Iran has not credibly answered the United Nations nuclear watchdog’s long-standing questions on the origin of uranium particles found at three undeclared sites despite a fresh push for a breakthrough, the agency says in a report seen by Reuters.
The lack of progress could set up a new diplomatic clash with world powers when the International Atomic Energy Agency’s 35-member Board of Governors meets next week.
If some governments seek a resolution criticising Iran it could deal a further blow to stalled efforts to revive the 2015 nuclear deal.
The fresh quarterly IAEA report detailing Iran’s continued failure to provide satisfactory answers raises pressure on the United States and its allies to take action against Iran at the board meeting, since Iran and the IAEA announced a renewed push in March to clear things up by now.
“Iran has not provided explanations that are technically credible in relation to the Agency’s findings at those locations,” the report said, adding: “The Agency remains ready to engage without delay with Iran to resolve all of these matters.”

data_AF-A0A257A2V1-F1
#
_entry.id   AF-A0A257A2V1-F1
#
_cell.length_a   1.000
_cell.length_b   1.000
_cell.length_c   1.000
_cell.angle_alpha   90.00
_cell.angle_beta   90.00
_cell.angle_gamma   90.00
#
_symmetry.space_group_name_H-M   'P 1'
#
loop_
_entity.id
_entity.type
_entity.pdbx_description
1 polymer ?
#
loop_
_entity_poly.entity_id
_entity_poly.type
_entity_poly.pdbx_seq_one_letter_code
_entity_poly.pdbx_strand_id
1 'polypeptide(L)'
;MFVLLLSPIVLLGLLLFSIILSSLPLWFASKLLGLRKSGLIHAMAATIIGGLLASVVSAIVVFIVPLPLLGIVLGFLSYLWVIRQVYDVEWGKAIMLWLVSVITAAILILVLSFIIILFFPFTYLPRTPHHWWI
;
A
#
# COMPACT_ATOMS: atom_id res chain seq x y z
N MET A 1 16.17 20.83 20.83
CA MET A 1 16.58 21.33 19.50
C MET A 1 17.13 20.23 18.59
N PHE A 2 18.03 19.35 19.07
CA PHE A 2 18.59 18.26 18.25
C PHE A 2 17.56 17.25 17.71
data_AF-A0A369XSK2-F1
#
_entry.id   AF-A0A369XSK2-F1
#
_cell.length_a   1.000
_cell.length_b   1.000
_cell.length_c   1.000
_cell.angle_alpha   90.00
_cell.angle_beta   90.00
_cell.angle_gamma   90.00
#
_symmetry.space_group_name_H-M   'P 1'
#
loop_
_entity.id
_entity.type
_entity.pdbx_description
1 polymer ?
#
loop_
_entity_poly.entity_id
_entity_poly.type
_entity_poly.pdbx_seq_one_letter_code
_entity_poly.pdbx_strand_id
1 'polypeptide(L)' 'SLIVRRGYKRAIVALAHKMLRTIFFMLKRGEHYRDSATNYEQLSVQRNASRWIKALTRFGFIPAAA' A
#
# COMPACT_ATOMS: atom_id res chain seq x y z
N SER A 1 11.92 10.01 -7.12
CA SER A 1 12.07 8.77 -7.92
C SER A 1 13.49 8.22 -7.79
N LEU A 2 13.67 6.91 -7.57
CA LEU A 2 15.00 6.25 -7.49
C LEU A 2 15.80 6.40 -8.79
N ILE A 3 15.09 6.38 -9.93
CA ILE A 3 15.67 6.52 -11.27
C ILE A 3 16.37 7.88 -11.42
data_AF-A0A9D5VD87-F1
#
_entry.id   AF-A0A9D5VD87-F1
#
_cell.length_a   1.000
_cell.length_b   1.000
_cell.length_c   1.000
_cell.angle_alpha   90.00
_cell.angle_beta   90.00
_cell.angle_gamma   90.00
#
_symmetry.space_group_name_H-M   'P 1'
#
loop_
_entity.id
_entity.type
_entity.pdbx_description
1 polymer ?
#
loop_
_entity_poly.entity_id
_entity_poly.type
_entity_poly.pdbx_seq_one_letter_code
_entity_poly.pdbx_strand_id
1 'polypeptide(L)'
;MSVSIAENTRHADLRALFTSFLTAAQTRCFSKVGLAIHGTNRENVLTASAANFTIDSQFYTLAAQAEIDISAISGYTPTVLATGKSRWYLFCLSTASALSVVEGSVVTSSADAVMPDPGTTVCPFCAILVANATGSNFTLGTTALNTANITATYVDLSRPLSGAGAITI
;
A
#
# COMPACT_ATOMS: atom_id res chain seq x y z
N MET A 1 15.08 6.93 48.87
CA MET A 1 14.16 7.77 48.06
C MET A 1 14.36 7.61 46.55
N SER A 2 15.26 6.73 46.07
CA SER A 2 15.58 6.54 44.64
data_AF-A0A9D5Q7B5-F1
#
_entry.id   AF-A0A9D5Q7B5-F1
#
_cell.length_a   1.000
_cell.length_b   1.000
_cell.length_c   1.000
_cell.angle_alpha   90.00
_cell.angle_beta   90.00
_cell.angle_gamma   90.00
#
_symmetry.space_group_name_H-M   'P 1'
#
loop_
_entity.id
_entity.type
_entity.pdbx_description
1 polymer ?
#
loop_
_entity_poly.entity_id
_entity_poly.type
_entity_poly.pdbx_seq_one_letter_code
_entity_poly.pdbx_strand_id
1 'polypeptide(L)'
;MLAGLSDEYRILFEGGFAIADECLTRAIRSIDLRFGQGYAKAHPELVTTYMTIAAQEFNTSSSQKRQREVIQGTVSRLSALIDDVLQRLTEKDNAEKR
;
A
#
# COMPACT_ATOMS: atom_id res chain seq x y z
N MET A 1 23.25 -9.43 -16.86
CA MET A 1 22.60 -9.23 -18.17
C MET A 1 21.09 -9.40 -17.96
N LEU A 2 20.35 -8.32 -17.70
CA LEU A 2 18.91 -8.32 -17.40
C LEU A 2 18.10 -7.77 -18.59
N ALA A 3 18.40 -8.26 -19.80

A separate quarterly IAEA report seen by Reuters said Iran’s stockpile of uranium enriched to 60 per cent – close to the roughly 90 per cent that is weapons grade and in a form that can be enriched further – is estimated to have grown by 9.9kg to 43.1kg.
That amounts to slightly more than what the IAEA calls a “significant quantity,” defined as “the approximate amount of nuclear material for which the possibility of manufacturing a nuclear explosive device cannot be excluded”.
A senior diplomat cautioned, however, that in practice it would take more than 55kg of uranium enriched to 60 per cent to make one bomb because some material is wasted during enrichment.
“As of the moment you enrich you lose material,” he said.
The US and its allies fear Iran is getting closer to being able to sprint towards producing a nuclear bomb if it chose to, although Iran says its intentions are entirely peaceful.